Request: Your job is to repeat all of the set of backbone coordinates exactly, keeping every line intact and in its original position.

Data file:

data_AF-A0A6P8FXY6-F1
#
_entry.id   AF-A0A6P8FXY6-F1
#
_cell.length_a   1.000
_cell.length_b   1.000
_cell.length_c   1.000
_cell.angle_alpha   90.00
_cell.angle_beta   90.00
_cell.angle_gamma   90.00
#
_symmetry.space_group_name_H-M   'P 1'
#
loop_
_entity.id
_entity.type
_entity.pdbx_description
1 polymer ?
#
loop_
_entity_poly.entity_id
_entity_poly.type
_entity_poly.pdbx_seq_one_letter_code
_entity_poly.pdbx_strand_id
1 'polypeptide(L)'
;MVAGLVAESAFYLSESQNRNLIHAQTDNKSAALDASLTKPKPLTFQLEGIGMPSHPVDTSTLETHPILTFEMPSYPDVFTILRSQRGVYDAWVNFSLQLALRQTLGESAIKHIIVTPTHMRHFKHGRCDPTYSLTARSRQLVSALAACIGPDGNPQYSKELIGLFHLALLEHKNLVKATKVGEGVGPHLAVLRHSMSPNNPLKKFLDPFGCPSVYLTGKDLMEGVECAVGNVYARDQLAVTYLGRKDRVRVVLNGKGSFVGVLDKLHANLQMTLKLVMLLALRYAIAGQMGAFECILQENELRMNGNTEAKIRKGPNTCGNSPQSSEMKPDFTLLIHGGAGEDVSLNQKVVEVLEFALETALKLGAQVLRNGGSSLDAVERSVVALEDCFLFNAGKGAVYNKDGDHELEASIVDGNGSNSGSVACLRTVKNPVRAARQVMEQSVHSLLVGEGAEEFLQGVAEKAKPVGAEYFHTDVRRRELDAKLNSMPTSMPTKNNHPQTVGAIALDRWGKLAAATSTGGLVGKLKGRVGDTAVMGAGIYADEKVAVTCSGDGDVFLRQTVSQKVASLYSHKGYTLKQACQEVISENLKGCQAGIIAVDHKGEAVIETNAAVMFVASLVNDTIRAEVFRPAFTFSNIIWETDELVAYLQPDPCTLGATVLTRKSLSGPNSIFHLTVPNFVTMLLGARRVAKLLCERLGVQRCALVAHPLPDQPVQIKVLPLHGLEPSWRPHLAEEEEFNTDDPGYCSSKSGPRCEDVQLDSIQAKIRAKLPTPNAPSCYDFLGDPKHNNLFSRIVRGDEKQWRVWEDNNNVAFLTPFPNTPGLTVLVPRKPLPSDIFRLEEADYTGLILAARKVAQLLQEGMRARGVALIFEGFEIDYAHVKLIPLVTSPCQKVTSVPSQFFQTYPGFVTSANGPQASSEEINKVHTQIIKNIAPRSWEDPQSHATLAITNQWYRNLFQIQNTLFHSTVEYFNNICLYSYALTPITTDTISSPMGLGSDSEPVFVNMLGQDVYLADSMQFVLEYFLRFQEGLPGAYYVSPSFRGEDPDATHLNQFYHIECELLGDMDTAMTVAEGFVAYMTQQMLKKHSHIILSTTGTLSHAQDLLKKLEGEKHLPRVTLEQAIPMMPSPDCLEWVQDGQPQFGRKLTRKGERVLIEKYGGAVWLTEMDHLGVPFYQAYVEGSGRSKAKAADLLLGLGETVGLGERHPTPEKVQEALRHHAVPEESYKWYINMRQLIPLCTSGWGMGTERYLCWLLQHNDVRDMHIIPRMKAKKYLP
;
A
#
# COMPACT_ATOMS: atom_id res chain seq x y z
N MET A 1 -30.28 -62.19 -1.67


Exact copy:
data_AF-A0A6P8FXY6-F1
#
_entry.id   AF-A0A6P8FXY6-F1
#
_cell.length_a   1.000
_cell.length_b   1.000
_cell.length_c   1.000
_cell.angle_alpha   90.00
_cell.angle_beta   90.00
_cell.angle_gamma   90.00
#
_symmetry.space_group_name_H-M   'P 1'
#
loop_
_entity.id
_entity.type
_entity.pdbx_description
1 polymer ?
#
loop_
_entity_poly.entity_id
_entity_poly.type
_entity_poly.pdbx_seq_one_letter_code
_entity_poly.pdbx_strand_id
1 'polypeptide(L)'
;MVAGLVAESAFYLSESQNRNLIHAQTDNKSAALDASLTKPKPLTFQLEGIGMPSHPVDTSTLETHPILTFEMPSYPDVFTILRSQRGVYDAWVNFSLQLALRQTLGESAIKHIIVTPTHMRHFKHGRCDPTYSLTARSRQLVSALAACIGPDGNPQYSKELIGLFHLALLEHKNLVKATKVGEGVGPHLAVLRHSMSPNNPLKKFLDPFGCPSVYLTGKDLMEGVECAVGNVYARDQLAVTYLGRKDRVRVVLNGKGSFVGVLDKLHANLQMTLKLVMLLALRYAIAGQMGAFECILQENELRMNGNTEAKIRKGPNTCGNSPQSSEMKPDFTLLIHGGAGEDVSLNQKVVEVLEFALETALKLGAQVLRNGGSSLDAVERSVVALEDCFLFNAGKGAVYNKDGDHELEASIVDGNGSNSGSVACLRTVKNPVRAARQVMEQSVHSLLVGEGAEEFLQGVAEKAKPVGAEYFHTDVRRRELDAKLNSMPTSMPTKNNHPQTVGAIALDRWGKLAAATSTGGLVGKLKGRVGDTAVMGAGIYADEKVAVTCSGDGDVFLRQTVSQKVASLYSHKGYTLKQACQEVISENLKGCQAGIIAVDHKGEAVIETNAAVMFVASLVNDTIRAEVFRPAFTFSNIIWETDELVAYLQPDPCTLGATVLTRKSLSGPNSIFHLTVPNFVTMLLGARRVAKLLCERLGVQRCALVAHPLPDQPVQIKVLPLHGLEPSWRPHLAEEEEFNTDDPGYCSSKSGPRCEDVQLDSIQAKIRAKLPTPNAPSCYDFLGDPKHNNLFSRIVRGDEKQWRVWEDNNNVAFLTPFPNTPGLTVLVPRKPLPSDIFRLEEADYTGLILAARKVAQLLQEGMRARGVALIFEGFEIDYAHVKLIPLVTSPCQKVTSVPSQFFQTYPGFVTSANGPQASSEEINKVHTQIIKNIAPRSWEDPQSHATLAITNQWYRNLFQIQNTLFHSTVEYFNNICLYSYALTPITTDTISSPMGLGSDSEPVFVNMLGQDVYLADSMQFVLEYFLRFQEGLPGAYYVSPSFRGEDPDATHLNQFYHIECELLGDMDTAMTVAEGFVAYMTQQMLKKHSHIILSTTGTLSHAQDLLKKLEGEKHLPRVTLEQAIPMMPSPDCLEWVQDGQPQFGRKLTRKGERVLIEKYGGAVWLTEMDHLGVPFYQAYVEGSGRSKAKAADLLLGLGETVGLGERHPTPEKVQEALRHHAVPEESYKWYINMRQLIPLCTSGWGMGTERYLCWLLQHNDVRDMHIIPRMKAKKYLP
;
A
#
# COMPACT_ATOMS: atom_id res chain seq x y z
N MET A 1 -30.28 -62.19 -1.67